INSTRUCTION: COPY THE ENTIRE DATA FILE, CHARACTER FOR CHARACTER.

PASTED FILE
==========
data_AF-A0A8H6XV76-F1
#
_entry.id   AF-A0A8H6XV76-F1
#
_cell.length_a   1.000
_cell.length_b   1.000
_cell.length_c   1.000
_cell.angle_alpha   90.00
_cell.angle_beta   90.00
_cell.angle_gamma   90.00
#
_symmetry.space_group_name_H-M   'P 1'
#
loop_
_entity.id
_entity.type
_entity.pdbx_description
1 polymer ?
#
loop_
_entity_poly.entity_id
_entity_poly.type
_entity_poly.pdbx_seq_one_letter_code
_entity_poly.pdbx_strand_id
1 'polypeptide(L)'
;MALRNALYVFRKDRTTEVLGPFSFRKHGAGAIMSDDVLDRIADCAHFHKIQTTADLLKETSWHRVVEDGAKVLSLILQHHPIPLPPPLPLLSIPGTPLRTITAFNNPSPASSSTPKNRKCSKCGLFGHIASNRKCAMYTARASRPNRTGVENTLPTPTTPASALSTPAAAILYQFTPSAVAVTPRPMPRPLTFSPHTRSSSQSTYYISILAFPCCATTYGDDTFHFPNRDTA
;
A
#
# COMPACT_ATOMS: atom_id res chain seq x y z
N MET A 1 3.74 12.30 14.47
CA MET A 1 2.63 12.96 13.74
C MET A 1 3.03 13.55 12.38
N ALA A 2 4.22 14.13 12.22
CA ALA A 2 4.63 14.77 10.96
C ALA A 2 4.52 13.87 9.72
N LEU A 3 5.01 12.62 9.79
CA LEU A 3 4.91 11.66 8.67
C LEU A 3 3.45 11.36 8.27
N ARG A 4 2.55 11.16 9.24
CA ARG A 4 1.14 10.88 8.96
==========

data_AF-A0A8H6XV76-F1
#
_entry.id   AF-A0A8H6XV76-F1
#
_cell.length_a   1.000
_cell.length_b   1.000
_cell.length_c   1.000
_cell.angle_alpha   90.00
_cell.angle_beta   90.00
_cell.angle_gamma   90.00
#
_symmetry.space_group_name_H-M   'P 1'
#
loop_
_entity.id
_entity.type
_entity.pdbx_description
1 polymer ?
#
loop_
_entity_poly.entity_id
_entity_poly.type
_entity_poly.pdbx_seq_one_letter_code
_entity_poly.pdbx_strand_id
1 'polypeptide(L)'
;MALRNALYVFRKDRTTEVLGPFSFRKHGAGAIMSDDVLDRIADCAHFHKIQTTADLLKETSWHRVVEDGAKVLSLILQHHPIPLPPPLPLLSIPGTPLRTITAFNNPSPASSSTPKNRKCSKCGLFGHIASNRKCAMYTARASRPNRTGVENTLPTPTTPASALSTPAAAILYQFTPSAVAVTPRPMPRPLTFSPHTRSSSQSTYYISILAFPCCATTYGDDTFHFPNRDTA
;
A
#
# COMPACT_ATOMS: atom_id res chain seq x y z
N MET A 1 3.74 12.30 14.47
CA MET A 1 2.63 12.96 13.74
C MET A 1 3.03 13.55 12.38
N ALA A 2 4.22 14.13 12.22
CA ALA A 2 4.63 14.77 10.96
C ALA A 2 4.52 13.87 9.72
N LEU A 3 5.01 12.62 9.79
CA LEU A 3 4.91 11.66 8.67
C LEU A 3 3.45 11.36 8.27
N ARG A 4 2.55 11.16 9.24
CA ARG A 4 1.14 10.88 8.96